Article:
Undue Influence in a Will Contest or Estate Administration

I received a call yesterday similar to many others I have received over the years.  Essentially, Dad died and the client just found out that shortly before his death he named one child beneficiary of lots of accounts, leaving essentially nothing passing under the Will, which had divided everything equally between 3 children.

Lou Ann Anderson, the Bell County Legal News Examiner has an article today about celebrity cases of undue influence.  The stories are similar - shortly before death a new Will is executed or other property transfers done that undo a lifetime of the decedent's intent. These cases include Brooke Astor (her son and attorney were sent to jail for trying to defraud hundreds of millions from charity), Melvin Simon of Simon Shopping Malls fame (his Will months before he died was changed to leave all to his wife, and take out $150 million in bequests to charities), John "Buck" Jones, owner of the Carolina Panthers (his Will was changed a month before his death to leave control of Company to his wife instead of 3 employees as had been his long standing plan).

While these celebrity cases are titillating because of the names and dollar amounts involved, the same situation involves New Jersey families all the time.

There are competing concerns.  First, a person is free to leave their money to whomever they please (other than 1/3 to a spouse) - children do not have a right of inheritance.  Second, a person is not required to leave money equally among a group - many times one child gets more in the Will than others because the parent perceives that child's need or reward to be greater.  

However, it is the person making the gift who is allowed to make these decisions - not the person getting the gift.  The problem of undue influence arises when somebody essentially takes advantage of a person's reduced physical or mental state, or a situation of fear or dependency, and influences them to make an action they would not have otherwise takes.

The issue for a person who is claiming undue influence cases is one of proof.  How do you prove a person was influenced to make a change to their estate plan and it was not an independent decision?  There need to be witnesses and documents.  Do you have to prove the undue influence, or does the person who got the money have to defend the gift?  Kenneth A. Vercammen, Esq. has an excellent summary of the issues in Undue Influence As Defense To Will Or Power Of Attorney (New Jersey).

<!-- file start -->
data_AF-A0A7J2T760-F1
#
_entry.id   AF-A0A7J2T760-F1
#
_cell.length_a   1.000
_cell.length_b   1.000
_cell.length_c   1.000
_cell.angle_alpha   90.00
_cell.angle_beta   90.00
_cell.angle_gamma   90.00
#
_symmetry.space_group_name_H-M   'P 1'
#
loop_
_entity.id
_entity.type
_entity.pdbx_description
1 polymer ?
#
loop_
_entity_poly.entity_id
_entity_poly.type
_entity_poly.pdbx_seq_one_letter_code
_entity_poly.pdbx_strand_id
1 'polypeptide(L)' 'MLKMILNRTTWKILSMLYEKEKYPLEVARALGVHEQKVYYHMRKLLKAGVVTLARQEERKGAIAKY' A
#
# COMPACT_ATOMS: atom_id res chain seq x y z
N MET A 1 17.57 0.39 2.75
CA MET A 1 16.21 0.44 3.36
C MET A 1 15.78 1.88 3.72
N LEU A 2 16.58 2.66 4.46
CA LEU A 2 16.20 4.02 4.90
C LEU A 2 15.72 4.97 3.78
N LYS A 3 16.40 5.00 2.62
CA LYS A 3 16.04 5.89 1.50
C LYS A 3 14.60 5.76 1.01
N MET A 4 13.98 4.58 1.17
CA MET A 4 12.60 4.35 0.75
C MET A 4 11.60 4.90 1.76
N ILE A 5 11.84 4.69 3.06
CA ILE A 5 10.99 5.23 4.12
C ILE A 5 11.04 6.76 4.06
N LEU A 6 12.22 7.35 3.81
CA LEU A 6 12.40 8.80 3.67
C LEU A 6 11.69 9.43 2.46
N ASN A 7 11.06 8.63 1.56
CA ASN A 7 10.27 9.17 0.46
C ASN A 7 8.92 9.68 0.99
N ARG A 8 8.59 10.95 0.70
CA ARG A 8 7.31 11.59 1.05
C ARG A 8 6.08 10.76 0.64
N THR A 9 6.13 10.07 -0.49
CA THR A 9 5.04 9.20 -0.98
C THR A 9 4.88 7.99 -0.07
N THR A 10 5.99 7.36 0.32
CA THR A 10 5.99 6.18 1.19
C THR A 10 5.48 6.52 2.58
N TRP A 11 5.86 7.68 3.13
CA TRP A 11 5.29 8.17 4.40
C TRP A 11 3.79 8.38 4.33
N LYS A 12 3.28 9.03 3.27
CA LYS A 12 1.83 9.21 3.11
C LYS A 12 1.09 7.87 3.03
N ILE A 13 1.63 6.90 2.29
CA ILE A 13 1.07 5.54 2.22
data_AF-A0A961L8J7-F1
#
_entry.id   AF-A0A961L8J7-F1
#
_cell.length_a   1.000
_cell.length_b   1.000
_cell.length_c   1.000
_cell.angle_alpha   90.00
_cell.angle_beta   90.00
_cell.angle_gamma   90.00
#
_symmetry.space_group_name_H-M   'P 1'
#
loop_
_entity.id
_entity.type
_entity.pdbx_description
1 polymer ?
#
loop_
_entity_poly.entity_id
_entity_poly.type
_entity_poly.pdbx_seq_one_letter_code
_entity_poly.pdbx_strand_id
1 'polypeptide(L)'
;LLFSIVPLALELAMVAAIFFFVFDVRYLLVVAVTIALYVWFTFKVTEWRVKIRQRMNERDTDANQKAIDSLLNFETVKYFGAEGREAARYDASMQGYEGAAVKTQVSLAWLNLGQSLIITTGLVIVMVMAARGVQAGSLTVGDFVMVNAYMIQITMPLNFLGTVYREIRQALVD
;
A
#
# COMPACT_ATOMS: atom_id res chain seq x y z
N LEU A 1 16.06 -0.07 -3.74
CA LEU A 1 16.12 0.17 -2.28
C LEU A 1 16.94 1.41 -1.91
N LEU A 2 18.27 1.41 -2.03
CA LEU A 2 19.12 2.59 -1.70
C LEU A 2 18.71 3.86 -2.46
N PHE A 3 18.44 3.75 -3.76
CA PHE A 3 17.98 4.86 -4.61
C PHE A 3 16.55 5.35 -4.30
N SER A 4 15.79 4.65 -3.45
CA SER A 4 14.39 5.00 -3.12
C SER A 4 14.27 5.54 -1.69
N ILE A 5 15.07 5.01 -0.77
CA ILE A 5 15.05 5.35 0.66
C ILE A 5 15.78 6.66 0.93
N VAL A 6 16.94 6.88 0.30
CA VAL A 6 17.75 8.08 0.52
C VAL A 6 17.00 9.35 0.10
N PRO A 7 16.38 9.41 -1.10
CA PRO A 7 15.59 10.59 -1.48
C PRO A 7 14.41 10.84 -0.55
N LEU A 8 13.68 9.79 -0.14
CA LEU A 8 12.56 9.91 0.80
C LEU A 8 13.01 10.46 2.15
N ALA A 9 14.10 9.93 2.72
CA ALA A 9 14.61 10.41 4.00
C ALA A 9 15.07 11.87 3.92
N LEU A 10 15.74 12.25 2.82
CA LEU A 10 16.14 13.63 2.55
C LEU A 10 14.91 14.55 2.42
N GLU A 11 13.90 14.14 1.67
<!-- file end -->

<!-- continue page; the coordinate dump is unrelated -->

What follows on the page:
Generally, the person claiming undue influence (ie, the person getting less) has the burden of proof to show a court there was undue influence.  See Conners v. Murphy, 134 A. 681, 682 (N.J.Err. & App. 1926); Pascale v. Pascale, 549 A.2d 782, 786 (N.J.1988). However, if the the person who benefited from a gift is in a confidential relationship with the person who made the gift (an attorney in fact under a POA, a person who the person who made the gift is dependent upon), then the burden of proof shifts to the person who got the gift to prove that the person making the gift had independent counsel in making the gift.  See Haynes v. First National State Bank of New Jersey, 432 A.2d 890 (N.J. 1981); Pascale v. Pascale.

The presumption of undue influence is easier to raise with lifetime transfer then with transfers in a Will.   Some lessons from this are that  if you think that you were harmed by undue influence, gathering facts and acting quickly is key.  If you plan to disproportionately benefit your heirs, you should seek legal counsel to act to protect that gift from a claim of undue influence.

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